“Daddy, Daddy, Santa Claus was here! Come quick!”
My son, Jack, is four. It’s 6 o’clock Christmas morning, and he doesn’t have a clue that his father is locked in the bathroom dope sick. Jack twists and pulls frantically on the bathroom doorknob. “You should see all the presents, Daddy. I was a good boy.”
The cramps in my lower stomach are in a full-scale riot. I can’t stand. I can’t walk. I am sitting on the edge of the toilet trying to be quiet as I dry-heave. The cramping in my calves is unbearable. My T-shirt is marked with cold sweat as I bite off the top of the small rainbow bag holding the heroin.
“Please, God, help me steady my hands,” I whisper. I need to pull it together for my son. He didn’t ask for a junkie father. He just wanted to find the green and yellow Tonka dump truck that he asked Santa for at the Methuen Mall last week.
Like a doctor performing microscopic surgery, I pour the contents of the rainbow bag into a tarnished spoon, turn the cold water on and watch the bottom of the sink begin to fill. I insert the syringe, draw up about 20cc, squirt the water into the spoon, and watch it move across the white powder and turn to liquid.
“Daddy? Are you coming out?”
It’s impossible to talk. Complete focus. I can’t think about anything but the spoon. If my hands shake, if my speech rattles, I could spill the spoon into the sink and ruin Christmas.
I move my lighter back and forth under the cooker until the heroin bubbles. The smell is sweet. It makes my stomach flip-flop. I bite off a small piece of a cigarette filter, and spit it into the burning liquid. It’s time.
I insert the needle, there’s a little sting, pull back on the plunger, and a dash of red-blue blood snakes up the middle of the clear liquid. A direct hit. Total euphoria!
“Daddy. Please come out!” Jack is crying now.
I flush the toilet, remove the toilet cover and hide my syringe and spoon into a small airtight container that floats in the water. Before I leave the bathroom, I open the window blind and spot Santa Claus getting into my neighbor’s car and watch him drive away. It’s old-man O’Malley on his way feed the homeless.
I hear my wife telling Jack that “daddy is sick” and not to worry. She tells him I’ll be out soon. I can’t help but look into the mirror. My green eyes are broken and bloodshot. I turned thirty years old last week, and I’m nothing more than a scumbag heroin addict.
What happened to me? I was a good kid, an athlete in prep-school. I owned income property, a farmhouse in New Hampshire, a brand new Mercedez Benz and a bank account with thousands of dollars.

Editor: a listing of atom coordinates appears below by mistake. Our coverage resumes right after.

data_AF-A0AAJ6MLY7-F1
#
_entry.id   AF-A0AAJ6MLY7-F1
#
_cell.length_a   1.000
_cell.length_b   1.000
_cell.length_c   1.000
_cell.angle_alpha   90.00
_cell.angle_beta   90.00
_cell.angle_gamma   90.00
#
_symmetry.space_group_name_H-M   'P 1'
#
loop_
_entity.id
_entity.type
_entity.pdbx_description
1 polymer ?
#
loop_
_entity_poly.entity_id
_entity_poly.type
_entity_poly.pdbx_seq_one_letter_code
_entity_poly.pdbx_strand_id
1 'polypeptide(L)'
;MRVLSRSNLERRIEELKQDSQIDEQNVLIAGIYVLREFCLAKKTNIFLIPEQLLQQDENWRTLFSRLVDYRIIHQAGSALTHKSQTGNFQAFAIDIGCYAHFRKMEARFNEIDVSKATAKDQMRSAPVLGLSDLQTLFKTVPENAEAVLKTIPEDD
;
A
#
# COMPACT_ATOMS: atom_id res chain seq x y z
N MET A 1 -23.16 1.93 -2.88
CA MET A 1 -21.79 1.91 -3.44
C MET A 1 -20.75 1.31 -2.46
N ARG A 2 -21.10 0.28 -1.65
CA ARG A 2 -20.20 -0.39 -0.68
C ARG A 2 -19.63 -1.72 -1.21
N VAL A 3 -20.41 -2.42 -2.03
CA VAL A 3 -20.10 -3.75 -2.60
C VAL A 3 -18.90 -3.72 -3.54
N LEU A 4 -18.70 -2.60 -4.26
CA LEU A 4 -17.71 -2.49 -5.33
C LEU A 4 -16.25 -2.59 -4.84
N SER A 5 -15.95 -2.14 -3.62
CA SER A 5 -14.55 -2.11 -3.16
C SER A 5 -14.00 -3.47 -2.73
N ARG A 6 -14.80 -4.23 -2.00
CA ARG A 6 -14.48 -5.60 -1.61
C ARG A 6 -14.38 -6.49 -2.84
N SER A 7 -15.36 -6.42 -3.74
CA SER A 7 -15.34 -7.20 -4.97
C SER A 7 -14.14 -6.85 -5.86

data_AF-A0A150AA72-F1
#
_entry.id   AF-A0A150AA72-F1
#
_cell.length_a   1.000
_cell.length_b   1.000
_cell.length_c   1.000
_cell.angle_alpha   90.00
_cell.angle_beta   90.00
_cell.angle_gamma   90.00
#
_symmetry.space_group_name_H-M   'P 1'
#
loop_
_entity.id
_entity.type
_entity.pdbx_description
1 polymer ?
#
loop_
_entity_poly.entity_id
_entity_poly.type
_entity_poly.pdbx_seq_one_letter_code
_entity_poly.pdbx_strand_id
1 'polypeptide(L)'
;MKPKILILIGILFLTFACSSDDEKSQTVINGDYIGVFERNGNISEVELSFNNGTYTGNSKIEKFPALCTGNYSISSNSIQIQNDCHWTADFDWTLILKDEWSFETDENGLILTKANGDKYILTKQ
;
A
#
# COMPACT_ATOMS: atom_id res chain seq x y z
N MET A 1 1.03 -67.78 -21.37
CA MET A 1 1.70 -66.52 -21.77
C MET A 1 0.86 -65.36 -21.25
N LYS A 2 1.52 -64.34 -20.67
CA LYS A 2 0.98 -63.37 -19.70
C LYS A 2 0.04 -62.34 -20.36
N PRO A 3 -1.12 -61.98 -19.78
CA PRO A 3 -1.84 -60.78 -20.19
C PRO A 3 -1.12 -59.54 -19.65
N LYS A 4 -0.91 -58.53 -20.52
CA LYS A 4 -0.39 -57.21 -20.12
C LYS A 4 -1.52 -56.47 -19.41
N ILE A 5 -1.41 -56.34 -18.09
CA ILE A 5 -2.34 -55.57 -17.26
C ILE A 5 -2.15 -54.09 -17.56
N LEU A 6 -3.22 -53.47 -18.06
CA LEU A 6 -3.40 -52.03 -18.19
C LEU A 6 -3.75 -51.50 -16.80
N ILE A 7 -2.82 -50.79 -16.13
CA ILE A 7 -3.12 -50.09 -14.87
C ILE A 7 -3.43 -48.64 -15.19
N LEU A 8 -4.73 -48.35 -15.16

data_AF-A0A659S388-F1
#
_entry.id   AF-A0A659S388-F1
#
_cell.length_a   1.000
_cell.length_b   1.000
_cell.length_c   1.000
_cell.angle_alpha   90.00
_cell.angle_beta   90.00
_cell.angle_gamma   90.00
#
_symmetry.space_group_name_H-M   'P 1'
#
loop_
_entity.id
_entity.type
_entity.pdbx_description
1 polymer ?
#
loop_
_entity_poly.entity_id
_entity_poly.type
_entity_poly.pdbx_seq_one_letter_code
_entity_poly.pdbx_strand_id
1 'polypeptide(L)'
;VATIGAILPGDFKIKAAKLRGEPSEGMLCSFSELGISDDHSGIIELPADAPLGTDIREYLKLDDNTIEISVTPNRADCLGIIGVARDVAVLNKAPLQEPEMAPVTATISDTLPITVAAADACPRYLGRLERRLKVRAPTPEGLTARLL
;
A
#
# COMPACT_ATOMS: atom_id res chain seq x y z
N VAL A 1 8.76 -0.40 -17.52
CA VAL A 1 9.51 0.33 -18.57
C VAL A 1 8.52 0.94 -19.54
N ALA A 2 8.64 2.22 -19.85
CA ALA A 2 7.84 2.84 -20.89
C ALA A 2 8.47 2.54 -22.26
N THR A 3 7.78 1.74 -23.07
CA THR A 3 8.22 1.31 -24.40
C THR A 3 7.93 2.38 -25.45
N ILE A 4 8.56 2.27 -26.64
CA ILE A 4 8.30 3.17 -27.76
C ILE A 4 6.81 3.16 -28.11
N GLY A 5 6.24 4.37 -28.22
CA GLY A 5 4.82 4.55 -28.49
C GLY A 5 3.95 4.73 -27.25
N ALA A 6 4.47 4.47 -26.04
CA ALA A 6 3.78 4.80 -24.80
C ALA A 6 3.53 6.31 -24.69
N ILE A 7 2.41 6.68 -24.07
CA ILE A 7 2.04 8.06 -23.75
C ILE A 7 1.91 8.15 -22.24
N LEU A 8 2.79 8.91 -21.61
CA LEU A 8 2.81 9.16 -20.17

I had it all. Then one moment, the day my father died in my arms, I met Lady Heroin. I invited her into my life just once. After that, she controlled me and took me anyplace she wanted to.
It happened real quick. The doctors gave me Percodan for my four knee surgeries, injuries I suffered playing middle linebacker in high school. I loved football. The different smells and tastes of Friday night fear. All I ever wanted to do was please my dad and play football at Notre Dame. But sometimes life doesn’t work out. Instead, I became addicted to prescribed opiates.
I wiped the tears from eyes, opened the bathroom door, swooped Jack up over my shoulders and ran into the living room with him laughing hysterically upside down on my back.
It was beautiful. The stocking were stuffed with candy and oranges. Lights danced off the Christmas tree’s branches. Bright red, green and white different-sized boxes, each meticulously wrapped, covered the carpet.
Jack dove in, ripping paper madly, present to present, screeching with joy each time he realized Santa Claus had granted his wish. I looked at my wife; she had spotted the tiny needle mark. A small blood smear had dried right below my bicep.
I couldn’t help but tear up again when I saw the disgust in her eyes. Jack noticed and thought I was sad. He stopped cold, ran over, threw his arms around my neck and said, “Merry Christmas, Daddy. You’re the best daddy in the whole wide world.”
That was almost 30 years ago. Jack is now 34. I went on to become a journalist and in 1996 received the du-Pont Columbia. In 2004, I began working on the feature film, The Fighter. In 2010, The Fighter received seven Academy Award nominations, winning two. I beat heroin one day at a time. Let’s all join together in 2017 and destroy the stigma of heroin addiction and stop this insidious epidemic killing 144 Americans every day. If I can do it, anybody can.